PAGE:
Proper storage of Lactobacillus acidophilus

Probiotics have become the latest and greatest new health product within the market, and even a cursory glance through the various search engines on the Internet, alongside magazines and even newspapers will highlight the significant increase in the range and variety of such products. Not to be confused with prebiotics, which are non-digestible food ingredients that stimulate the growth and activity of bacteria in the digestive system, which are also known as bifidobacteria

It would seem that the population at large has developed what can be only politely described as “probiotic fever”. Although this is a facetious description of the current events and trends, it belies a rather worrying new development within the proceedings, which is this: probiotixcs foods are not considered medical products.

This is in itself of significance by virtue of the fact that the actual degree of professional scrutiny and care that is being exercised with regards to the likes of Lactobacillus acidophilus products is very limited indeed. There have been calls upon the FDA (Food Drug Administration) to enforce and implement a more intense battery of scrutiny, regulation and screening: to date, little has actually been done.

The reason that there are such fears with regards to items such as Lactobacillus Acidophilus is due to the fact that the different strains of probiotics that can potentially provide beneficial effects for the health and wellbeing of the person who ingest such products will require very specific and tightly controlled environmental conditions to ensure that they are safe.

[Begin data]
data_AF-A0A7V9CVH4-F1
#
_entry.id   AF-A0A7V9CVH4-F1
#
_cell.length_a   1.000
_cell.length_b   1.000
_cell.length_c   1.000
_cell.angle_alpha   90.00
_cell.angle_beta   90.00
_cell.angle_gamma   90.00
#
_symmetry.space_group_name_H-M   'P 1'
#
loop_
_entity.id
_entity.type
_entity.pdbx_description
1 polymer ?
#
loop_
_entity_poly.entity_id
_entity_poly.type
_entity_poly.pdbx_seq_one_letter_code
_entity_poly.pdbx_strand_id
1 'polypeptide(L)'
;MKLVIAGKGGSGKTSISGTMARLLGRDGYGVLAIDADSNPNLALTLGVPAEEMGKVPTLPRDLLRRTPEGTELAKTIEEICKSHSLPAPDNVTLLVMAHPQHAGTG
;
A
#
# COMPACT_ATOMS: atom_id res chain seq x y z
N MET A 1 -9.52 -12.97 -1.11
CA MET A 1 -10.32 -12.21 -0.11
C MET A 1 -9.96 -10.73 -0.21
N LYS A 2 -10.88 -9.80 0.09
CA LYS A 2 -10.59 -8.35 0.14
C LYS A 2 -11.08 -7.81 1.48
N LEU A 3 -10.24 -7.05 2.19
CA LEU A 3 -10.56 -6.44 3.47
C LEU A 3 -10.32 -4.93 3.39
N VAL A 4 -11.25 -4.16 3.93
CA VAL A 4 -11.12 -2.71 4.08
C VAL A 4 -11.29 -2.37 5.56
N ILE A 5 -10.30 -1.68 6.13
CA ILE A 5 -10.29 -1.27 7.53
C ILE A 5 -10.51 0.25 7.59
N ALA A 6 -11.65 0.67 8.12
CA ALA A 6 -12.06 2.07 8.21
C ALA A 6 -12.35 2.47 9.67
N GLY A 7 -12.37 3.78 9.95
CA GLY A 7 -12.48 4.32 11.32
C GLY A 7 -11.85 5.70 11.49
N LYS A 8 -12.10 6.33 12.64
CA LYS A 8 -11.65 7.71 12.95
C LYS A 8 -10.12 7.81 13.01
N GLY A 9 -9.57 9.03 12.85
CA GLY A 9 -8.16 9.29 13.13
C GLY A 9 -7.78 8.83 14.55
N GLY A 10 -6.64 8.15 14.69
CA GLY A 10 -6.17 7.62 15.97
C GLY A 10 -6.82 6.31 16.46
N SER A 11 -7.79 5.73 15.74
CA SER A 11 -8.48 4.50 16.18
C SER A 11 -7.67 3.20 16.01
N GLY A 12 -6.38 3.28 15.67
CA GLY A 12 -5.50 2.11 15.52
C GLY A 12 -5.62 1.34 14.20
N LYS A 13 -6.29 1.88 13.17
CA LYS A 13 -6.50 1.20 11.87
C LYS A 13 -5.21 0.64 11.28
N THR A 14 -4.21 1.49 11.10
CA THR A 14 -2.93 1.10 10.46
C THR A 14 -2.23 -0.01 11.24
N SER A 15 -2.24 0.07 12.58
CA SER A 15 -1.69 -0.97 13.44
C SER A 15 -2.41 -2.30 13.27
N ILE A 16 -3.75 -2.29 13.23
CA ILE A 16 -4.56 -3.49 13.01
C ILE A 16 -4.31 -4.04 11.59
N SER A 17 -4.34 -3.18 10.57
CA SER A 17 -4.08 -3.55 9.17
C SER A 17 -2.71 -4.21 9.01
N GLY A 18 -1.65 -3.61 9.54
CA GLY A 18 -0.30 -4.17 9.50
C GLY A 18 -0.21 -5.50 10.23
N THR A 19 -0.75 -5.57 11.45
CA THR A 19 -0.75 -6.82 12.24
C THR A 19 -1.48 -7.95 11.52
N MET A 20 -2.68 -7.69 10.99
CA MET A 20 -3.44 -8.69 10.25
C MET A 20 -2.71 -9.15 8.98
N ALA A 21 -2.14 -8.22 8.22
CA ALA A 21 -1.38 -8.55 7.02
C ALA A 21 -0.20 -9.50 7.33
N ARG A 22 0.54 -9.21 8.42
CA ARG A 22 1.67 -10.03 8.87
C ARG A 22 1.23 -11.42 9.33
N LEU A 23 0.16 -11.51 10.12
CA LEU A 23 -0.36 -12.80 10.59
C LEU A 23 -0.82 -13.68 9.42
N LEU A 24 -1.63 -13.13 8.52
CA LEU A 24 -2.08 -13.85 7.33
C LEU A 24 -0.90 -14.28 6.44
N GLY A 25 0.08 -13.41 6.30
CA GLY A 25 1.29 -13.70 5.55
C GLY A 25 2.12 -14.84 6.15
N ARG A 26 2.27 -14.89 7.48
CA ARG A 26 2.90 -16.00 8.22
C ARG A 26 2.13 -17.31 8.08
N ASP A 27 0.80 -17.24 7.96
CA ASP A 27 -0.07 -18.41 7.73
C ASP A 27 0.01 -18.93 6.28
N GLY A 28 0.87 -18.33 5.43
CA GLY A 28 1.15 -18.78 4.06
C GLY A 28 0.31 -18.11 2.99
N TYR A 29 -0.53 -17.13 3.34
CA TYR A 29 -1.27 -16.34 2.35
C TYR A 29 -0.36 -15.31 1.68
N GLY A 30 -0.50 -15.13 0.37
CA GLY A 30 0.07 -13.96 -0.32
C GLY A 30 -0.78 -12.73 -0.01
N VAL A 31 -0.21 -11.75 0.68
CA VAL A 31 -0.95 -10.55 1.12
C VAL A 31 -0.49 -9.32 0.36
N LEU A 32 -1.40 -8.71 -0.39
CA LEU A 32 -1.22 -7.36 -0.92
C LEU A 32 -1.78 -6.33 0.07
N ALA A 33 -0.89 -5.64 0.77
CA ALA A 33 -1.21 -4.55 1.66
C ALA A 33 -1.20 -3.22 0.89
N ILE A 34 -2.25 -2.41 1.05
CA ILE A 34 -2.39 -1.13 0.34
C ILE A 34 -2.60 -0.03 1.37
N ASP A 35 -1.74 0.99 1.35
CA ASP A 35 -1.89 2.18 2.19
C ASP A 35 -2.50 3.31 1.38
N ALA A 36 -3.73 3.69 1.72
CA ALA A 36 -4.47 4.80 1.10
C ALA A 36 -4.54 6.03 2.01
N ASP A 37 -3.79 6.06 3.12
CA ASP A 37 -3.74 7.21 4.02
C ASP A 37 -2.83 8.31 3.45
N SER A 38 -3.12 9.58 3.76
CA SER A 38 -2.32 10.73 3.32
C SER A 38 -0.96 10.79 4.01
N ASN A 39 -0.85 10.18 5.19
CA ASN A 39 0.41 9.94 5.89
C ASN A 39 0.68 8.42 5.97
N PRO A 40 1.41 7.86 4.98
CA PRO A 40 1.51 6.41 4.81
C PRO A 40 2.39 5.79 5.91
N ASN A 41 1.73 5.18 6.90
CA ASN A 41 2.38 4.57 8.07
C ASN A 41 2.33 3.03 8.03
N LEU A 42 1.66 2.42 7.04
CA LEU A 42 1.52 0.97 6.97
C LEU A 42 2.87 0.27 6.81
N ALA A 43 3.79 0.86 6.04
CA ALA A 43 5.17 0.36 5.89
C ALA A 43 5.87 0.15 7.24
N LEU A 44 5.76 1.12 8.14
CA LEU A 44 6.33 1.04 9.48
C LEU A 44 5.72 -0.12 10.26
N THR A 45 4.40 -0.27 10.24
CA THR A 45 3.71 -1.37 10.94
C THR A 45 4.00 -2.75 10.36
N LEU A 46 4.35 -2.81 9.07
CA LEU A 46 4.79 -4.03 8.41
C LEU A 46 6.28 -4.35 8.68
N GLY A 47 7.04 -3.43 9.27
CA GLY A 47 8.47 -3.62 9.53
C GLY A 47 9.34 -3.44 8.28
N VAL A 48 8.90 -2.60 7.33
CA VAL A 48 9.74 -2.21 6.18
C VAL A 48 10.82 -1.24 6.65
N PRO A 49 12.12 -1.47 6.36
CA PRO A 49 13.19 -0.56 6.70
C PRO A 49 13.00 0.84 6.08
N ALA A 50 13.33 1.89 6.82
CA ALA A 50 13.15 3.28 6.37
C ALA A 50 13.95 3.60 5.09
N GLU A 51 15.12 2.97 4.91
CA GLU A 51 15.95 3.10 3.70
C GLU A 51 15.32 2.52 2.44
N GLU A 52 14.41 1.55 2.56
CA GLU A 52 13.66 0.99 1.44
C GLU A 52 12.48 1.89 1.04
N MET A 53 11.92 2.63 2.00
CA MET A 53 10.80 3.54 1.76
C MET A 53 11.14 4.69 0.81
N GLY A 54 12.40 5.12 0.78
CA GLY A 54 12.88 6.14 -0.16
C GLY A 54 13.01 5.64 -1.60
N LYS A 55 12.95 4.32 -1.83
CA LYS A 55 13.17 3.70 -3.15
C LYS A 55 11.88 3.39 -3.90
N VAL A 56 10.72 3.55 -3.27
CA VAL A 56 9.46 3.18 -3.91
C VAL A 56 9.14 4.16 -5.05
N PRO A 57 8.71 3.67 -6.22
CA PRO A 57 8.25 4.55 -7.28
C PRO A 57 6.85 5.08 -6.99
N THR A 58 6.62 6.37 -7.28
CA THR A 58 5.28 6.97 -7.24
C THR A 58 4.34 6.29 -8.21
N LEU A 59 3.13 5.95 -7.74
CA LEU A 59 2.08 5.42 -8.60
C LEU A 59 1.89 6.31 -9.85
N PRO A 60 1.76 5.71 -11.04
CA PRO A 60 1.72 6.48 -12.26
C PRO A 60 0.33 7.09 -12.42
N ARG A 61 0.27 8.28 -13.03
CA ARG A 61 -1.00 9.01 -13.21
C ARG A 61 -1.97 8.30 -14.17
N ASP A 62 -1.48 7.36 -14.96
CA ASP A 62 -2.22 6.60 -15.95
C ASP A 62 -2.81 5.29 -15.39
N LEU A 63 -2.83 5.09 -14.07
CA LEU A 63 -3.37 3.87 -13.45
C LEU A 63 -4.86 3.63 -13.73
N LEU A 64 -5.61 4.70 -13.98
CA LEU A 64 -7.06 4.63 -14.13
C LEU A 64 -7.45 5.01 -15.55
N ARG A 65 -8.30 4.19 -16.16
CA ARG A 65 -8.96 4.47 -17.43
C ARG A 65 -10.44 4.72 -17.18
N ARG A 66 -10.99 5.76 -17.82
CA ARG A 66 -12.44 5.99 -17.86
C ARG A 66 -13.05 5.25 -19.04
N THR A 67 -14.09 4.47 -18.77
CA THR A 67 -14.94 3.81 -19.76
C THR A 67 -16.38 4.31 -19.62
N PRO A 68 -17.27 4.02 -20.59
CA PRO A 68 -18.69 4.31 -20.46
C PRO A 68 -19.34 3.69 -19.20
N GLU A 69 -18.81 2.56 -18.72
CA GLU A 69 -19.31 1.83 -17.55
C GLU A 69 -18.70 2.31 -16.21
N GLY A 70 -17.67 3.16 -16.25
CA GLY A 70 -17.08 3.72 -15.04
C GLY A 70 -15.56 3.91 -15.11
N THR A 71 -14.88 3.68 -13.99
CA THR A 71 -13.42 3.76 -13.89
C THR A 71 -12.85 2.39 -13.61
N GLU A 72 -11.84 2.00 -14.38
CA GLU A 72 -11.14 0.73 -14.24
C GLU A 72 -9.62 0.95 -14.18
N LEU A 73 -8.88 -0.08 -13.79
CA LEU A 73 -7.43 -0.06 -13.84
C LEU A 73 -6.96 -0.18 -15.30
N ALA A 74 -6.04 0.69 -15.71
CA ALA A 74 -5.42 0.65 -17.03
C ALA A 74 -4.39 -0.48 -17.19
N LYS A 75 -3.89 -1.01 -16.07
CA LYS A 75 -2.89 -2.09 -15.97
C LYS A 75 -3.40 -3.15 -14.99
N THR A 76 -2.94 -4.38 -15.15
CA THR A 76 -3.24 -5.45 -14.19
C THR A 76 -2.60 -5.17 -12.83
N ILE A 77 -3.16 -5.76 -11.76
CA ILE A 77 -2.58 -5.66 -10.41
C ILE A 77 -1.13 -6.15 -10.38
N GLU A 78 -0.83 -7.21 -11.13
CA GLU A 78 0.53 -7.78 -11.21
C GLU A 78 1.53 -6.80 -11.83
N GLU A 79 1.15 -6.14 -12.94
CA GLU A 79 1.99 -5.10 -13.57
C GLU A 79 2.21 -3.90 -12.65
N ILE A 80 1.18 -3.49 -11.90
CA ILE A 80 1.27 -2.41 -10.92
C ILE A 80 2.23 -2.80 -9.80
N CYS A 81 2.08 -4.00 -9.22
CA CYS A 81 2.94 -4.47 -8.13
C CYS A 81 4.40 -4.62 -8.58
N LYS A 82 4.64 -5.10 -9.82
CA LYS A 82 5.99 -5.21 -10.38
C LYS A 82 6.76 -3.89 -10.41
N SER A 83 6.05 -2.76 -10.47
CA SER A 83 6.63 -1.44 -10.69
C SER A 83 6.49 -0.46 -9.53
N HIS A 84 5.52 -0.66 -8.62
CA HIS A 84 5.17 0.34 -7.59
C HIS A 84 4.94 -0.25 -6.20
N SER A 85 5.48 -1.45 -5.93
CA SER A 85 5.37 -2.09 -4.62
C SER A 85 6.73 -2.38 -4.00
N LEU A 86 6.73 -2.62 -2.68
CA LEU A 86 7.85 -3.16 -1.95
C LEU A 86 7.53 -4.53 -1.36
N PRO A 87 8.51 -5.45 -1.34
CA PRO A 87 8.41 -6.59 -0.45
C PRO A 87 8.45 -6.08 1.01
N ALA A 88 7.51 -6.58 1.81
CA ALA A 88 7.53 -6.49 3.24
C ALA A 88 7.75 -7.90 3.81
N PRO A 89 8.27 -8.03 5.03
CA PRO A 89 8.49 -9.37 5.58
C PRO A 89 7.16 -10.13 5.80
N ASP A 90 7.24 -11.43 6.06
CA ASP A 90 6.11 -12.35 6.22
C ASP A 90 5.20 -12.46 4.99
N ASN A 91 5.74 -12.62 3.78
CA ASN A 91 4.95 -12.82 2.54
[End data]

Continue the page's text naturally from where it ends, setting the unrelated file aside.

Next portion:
For example, particular care must be exercised with regards to Lactobacillus acidophilus, the reason for this is due to the fact that even a slight alteration in the ambient temperature of Lactobacillus acidophilus bacteria can cause contamination and compromise the efficacy and quality of the product as a whole.

Scientific studies have identified that Lactobacillus acidophilus will quickly degrade and decompose when exposed to room temperature, even if the actual length of duration for that exposure happens to be extremely short-lived. Ideally, samples and products containing the Lactobacillus acidophilus must be stored in refrigerated conditions, which do not exceed 15 degrees Celsius, a condition which is not always realistic or practical from a financial or logistical perspective for average consumer.

Furthermore, considerable attention to detail must be exercised in relation to the actual packaging and containers within which the Lactobacillus acidophilus strains are stored. Specifically, it is strongly recommended in the most emphatic terms possible that Lactobacillus acidophilus be stored in glass containers which are created using amber.

The reason for this is simple: amber containers have been identified as the most effective method of packaging to reduce the risk of excess levels of oxygen, moisture, humidity and other contaminants from entering and therefore spoiling the good bacteria contained within. Again, this is not always a practical solution to implement and so poses significant challenges for the consumer.

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